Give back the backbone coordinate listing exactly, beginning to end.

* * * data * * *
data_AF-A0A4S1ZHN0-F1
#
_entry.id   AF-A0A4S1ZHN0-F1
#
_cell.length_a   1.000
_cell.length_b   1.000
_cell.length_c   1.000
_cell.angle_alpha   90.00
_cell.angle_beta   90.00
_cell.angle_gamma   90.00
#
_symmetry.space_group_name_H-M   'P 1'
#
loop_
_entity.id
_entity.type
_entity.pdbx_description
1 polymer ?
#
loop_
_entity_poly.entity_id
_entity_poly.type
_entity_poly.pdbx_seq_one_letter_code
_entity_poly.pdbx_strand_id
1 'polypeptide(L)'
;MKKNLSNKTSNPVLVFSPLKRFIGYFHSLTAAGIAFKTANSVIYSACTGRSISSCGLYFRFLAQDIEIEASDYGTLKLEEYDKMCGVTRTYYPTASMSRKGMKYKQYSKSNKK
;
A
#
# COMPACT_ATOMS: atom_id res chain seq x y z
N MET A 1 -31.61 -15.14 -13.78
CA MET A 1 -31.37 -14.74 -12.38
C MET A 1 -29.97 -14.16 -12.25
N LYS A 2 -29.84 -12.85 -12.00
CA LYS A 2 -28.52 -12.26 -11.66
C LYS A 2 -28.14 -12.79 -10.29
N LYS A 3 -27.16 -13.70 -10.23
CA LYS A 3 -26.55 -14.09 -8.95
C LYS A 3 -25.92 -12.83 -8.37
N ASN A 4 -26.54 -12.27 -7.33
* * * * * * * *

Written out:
data_AF-A0A4S1ZHN0-F1
#
_entry.id   AF-A0A4S1ZHN0-F1
#
_cell.length_a   1.000
_cell.length_b   1.000
_cell.length_c   1.000
_cell.angle_alpha   90.00
_cell.angle_beta   90.00
_cell.angle_gamma   90.00
#
_symmetry.space_group_name_H-M   'P 1'
#
loop_
_entity.id
_entity.type
_entity.pdbx_description
1 polymer ?
#
loop_
_entity_poly.entity_id
_entity_poly.type
_entity_poly.pdbx_seq_one_letter_code
_entity_poly.pdbx_strand_id
1 'polypeptide(L)'
;MKKNLSNKTSNPVLVFSPLKRFIGYFHSLTAAGIAFKTANSVIYSACTGRSISSCGLYFRFLAQDIEIEASDYGTLKLEEYDKMCGVTRTYYPTASMSRKGMKYKQYSKSNKK
;
A
#
# COMPACT_ATOMS: atom_id res chain seq x y z
N MET A 1 -31.61 -15.14 -13.78
CA MET A 1 -31.37 -14.74 -12.38
C MET A 1 -29.97 -14.16 -12.25
N LYS A 2 -29.84 -12.85 -12.00
CA LYS A 2 -28.52 -12.26 -11.66
C LYS A 2 -28.14 -12.79 -10.29
N LYS A 3 -27.16 -13.70 -10.23
CA LYS A 3 -26.55 -14.09 -8.95
C LYS A 3 -25.92 -12.83 -8.37
N ASN A 4 -26.54 -12.27 -7.33